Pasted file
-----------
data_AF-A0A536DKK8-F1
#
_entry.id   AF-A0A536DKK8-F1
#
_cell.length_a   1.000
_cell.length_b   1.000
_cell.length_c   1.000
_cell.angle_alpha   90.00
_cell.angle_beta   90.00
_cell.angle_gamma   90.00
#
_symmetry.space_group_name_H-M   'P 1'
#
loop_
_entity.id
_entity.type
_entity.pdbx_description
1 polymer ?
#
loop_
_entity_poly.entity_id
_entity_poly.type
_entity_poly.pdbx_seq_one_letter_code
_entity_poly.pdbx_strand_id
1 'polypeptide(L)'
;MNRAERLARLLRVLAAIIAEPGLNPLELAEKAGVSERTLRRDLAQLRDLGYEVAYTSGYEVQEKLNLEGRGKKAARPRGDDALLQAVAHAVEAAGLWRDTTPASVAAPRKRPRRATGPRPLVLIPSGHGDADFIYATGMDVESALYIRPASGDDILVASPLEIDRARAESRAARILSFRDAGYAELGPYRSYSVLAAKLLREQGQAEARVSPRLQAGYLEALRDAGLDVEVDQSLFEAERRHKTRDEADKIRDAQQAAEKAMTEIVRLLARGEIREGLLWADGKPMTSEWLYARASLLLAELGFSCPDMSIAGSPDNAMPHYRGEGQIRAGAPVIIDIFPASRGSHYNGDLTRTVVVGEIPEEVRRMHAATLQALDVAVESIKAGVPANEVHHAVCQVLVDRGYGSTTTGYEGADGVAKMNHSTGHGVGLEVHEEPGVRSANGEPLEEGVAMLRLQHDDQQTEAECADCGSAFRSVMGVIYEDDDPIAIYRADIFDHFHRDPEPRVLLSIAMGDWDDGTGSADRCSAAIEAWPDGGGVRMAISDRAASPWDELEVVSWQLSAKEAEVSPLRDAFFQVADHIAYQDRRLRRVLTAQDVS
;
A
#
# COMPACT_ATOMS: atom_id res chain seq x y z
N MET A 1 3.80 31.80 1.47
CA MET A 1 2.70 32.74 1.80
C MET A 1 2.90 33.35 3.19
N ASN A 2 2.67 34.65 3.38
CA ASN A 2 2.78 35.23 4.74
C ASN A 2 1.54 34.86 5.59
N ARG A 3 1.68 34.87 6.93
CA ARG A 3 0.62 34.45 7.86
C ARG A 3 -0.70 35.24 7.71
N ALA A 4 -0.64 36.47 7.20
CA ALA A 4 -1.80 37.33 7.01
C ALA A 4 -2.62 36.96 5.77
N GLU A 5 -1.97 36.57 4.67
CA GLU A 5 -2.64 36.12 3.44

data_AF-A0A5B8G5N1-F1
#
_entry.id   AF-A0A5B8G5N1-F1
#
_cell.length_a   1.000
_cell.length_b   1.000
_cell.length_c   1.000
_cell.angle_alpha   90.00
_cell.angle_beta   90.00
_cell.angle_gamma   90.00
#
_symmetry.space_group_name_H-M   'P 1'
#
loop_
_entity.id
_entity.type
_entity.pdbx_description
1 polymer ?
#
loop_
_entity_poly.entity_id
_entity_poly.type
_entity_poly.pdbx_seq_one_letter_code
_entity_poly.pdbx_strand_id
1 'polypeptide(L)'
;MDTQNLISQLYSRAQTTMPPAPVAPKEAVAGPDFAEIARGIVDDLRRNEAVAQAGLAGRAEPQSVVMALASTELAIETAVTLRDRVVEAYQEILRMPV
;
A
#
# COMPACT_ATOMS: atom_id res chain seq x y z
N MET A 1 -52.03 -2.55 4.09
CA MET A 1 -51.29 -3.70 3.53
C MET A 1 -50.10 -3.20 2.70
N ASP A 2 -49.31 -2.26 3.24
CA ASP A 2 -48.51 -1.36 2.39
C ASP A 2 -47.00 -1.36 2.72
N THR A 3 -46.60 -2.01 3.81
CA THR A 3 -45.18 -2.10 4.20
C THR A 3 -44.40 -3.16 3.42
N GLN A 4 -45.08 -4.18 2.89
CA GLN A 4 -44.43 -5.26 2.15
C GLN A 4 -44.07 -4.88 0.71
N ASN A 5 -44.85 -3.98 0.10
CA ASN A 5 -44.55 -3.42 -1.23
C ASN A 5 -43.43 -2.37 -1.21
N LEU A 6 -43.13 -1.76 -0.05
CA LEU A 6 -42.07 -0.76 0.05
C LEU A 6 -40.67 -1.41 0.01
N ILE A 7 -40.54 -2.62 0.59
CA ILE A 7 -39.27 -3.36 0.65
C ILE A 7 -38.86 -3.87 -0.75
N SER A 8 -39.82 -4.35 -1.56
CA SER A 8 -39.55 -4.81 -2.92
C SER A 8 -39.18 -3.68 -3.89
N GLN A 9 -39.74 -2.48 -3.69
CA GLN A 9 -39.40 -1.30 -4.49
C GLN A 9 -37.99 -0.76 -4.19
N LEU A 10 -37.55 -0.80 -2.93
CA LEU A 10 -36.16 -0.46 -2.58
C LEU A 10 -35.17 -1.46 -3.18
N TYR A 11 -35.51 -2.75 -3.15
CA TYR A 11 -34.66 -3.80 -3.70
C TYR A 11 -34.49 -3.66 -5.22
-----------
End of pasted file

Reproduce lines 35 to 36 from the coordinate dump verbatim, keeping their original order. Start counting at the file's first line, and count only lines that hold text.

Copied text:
CA ASN A 2 2.78 35.23 4.74
C ASN A 2 1.54 34.86 5.59